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Congress needs to fund child-abuse prevention

Last year, 447 suspected child-abuse victims walked through Children’s Center’s doors. While it is shocking to think of those numbers in our community, I am glad that Children’s Center was here to help them find safety and healing while holding their abusers accountable.

It hasn’t always been like that in Clackamas County. Prior to Children’s Center’s existence, children from all parts of Clackamas County’s 1,879 square miles had to travel to north Portland to obtain a medical assessment for child abuse. For low-income families, the time this process takes and access to transportation were critical barriers to service.

Thankfully those days are gone. Now abused children have access to the care and protection of Children’s Center. Child Abuse Intervention Centers (CAICs) such as Children’s Center are child-focused, medical-based programs that collaborate with representatives from many disciplines to effectively assess, investigate and prosecute child abuse cases.

Today, nearly 800 CAICs throughout the country are a successful and critical part of communities nationwide. In 2012, CAICs helped more than 286,000 victims of child abuse. In addition, as a result of the coordinated response of CAICs, communities with centers saved on average $1,000 per child-abuse case compared to communities without CAICs.

Recognizing the value of these programs in preventing and intervening in child abuse, in 1990 the Victims of Child Abuse Act was authorized by Congress to provide funding to local CAICs through our accrediting body, National Children’s Alliance. Because of wide bipartisan support, these critical services for abused children have become a nationwide network of care, of which Children’s Center is a member.

While Children’s Center has deep support from our generous community, this federal funding has been imperative to our success, including supporting our statewide Oregon Network of Child Advocacy Centers and providing training for our clinical employees.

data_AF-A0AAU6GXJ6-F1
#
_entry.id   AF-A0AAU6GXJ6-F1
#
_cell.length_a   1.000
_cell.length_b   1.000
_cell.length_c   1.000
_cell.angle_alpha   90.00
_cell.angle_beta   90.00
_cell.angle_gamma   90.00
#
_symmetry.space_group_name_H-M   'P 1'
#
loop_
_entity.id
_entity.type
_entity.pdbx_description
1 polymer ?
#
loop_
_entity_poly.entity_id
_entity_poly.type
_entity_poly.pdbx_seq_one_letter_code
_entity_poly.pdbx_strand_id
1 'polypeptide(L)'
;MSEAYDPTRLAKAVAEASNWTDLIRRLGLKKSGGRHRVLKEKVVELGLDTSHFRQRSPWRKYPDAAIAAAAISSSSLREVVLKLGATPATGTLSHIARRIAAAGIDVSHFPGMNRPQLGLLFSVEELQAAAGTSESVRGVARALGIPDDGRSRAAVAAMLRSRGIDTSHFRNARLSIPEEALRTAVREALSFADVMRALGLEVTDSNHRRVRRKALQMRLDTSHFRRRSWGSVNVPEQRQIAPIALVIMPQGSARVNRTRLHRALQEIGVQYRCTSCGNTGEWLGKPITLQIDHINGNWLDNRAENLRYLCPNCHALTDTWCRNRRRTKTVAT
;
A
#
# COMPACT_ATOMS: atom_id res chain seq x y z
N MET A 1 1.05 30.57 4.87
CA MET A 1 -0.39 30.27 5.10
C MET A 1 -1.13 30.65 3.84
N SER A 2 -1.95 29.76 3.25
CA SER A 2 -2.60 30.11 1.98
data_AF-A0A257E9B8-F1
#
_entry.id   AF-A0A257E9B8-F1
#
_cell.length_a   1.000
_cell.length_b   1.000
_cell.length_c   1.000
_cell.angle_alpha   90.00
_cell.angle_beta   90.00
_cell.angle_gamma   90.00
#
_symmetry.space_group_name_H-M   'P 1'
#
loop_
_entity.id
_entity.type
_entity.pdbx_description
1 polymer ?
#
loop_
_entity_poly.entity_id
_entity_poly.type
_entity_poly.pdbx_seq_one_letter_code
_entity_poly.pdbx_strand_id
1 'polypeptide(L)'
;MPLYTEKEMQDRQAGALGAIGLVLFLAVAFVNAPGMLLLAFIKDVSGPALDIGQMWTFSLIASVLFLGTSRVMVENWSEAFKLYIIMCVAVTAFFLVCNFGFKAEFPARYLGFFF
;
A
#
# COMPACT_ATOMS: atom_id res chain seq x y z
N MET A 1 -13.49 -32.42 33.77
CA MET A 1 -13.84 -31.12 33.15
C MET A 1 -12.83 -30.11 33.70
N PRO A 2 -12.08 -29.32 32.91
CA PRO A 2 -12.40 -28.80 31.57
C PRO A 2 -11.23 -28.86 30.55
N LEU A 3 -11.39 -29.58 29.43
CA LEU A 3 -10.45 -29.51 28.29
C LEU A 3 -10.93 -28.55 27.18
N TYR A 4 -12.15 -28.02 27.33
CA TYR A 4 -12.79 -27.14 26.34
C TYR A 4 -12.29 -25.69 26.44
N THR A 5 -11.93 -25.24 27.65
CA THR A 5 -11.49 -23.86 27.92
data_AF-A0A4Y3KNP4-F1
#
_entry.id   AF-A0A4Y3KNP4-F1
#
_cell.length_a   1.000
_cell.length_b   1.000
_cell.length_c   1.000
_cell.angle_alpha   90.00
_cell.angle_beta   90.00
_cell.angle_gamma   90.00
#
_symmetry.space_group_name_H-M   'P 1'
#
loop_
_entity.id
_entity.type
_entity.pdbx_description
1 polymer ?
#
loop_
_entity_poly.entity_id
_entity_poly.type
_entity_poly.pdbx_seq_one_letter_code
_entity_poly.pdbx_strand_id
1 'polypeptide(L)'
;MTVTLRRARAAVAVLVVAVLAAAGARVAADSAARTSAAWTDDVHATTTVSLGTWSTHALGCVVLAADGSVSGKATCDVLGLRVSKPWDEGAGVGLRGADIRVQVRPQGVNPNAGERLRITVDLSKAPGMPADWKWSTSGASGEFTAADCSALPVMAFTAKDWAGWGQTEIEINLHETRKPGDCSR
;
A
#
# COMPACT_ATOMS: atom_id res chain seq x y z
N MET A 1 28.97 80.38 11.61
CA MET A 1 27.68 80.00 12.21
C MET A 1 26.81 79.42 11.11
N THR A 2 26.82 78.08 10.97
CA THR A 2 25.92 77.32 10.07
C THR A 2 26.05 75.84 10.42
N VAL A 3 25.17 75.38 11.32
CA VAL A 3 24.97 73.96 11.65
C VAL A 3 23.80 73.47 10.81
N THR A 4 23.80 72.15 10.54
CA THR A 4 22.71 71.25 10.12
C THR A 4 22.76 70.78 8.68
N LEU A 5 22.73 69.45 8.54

Children’s Center’s assessments include comprehensive head-to-toe exams to determine and document each child’s health and safety by Medical Examiners trained in diagnosing child abuse and neglect, and videotaped forensic interviews with child interviewers specially trained to talk to children of all ages and developmental levels.

Unfortunately, President Obama’s administration plans to cut the federal funding for this important program. Its future is now in question.

As this will affect not only child victims of abuse, but also the economic vitality of our community as a whole, I urge you to write to our members of Congress — Congressman Earl Blumenauer, Congressman Kurt Schrader, Sen. Ron Wyden and Sen. Jeff Merkley in particular, who serves on the Ways and Means Committee — urging them to keep funding for the CAICs in Oregon through support for the Victims of Child Abuse Act in the 2014 federal appropriations process. The services provided to those who need it most are too important to leave on the line.

Because of Children’s Center, when a child comes forward and asks for help I’m confident that child will be put on the path to hope and healing. I’m calling on Congress to continue their vital support of the Victims of Child Abuse Act funding so that the 450 children in Clackamas County and hundreds of thousands of abused children across the nation are assured of getting help.

Barbara Peschiera is the executive director of the Children’s Center, Clackamas County’s sole provider of child-abuse prevention and detection services. To learn more about Children’s Center and how you can help its cause, contact childrenscenter.cc or Barbara@childrenscenter.cc.



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